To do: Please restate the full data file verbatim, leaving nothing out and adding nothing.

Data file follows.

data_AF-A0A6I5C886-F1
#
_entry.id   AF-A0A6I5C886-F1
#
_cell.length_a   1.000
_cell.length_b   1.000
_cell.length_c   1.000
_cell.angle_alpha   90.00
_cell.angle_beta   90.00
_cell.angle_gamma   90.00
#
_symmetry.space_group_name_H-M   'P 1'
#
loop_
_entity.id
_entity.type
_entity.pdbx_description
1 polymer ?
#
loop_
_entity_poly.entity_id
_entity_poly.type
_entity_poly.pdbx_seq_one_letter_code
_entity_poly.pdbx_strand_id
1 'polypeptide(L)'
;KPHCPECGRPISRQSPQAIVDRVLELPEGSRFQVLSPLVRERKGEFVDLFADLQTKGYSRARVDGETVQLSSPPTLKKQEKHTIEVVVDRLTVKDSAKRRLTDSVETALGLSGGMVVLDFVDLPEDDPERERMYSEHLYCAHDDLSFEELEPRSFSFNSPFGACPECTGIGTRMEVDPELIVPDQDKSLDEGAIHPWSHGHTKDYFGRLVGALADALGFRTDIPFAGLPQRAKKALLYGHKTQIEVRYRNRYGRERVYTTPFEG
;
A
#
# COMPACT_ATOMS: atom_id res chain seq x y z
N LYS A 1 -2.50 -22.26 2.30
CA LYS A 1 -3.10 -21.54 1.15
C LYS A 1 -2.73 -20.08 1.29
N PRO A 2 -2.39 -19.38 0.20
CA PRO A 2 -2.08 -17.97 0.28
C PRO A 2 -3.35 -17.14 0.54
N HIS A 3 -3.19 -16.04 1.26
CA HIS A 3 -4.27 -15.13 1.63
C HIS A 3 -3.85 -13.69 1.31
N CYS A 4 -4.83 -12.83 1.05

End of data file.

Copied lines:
data_AF-A0A6I5C886-F1
#
_entry.id   AF-A0A6I5C886-F1
#
_cell.length_a   1.000
_cell.length_b   1.000
_cell.length_c   1.000
_cell.angle_alpha   90.00
_cell.angle_beta   90.00
_cell.angle_gamma   90.00
#
_symmetry.space_group_name_H-M   'P 1'
#
loop_
_entity.id
_entity.type
_entity.pdbx_description
1 polymer ?
#
loop_
_entity_poly.entity_id
_entity_poly.type
_entity_poly.pdbx_seq_one_letter_code
_entity_poly.pdbx_strand_id
1 'polypeptide(L)'
;KPHCPECGRPISRQSPQAIVDRVLELPEGSRFQVLSPLVRERKGEFVDLFADLQTKGYSRARVDGETVQLSSPPTLKKQEKHTIEVVVDRLTVKDSAKRRLTDSVETALGLSGGMVVLDFVDLPEDDPERERMYSEHLYCAHDDLSFEELEPRSFSFNSPFGACPECTGIGTRMEVDPELIVPDQDKSLDEGAIHPWSHGHTKDYFGRLVGALADALGFRTDIPFAGLPQRAKKALLYGHKTQIEVRYRNRYGRERVYTTPFEG
;
A
#
# COMPACT_ATOMS: atom_id res chain seq x y z
N LYS A 1 -2.50 -22.26 2.30
CA LYS A 1 -3.10 -21.54 1.15
C LYS A 1 -2.73 -20.08 1.29
N PRO A 2 -2.39 -19.38 0.20
CA PRO A 2 -2.08 -17.97 0.28
C PRO A 2 -3.35 -17.14 0.54
N HIS A 3 -3.19 -16.04 1.26
CA HIS A 3 -4.27 -15.13 1.63
C HIS A 3 -3.85 -13.69 1.31
N CYS A 4 -4.83 -12.83 1.05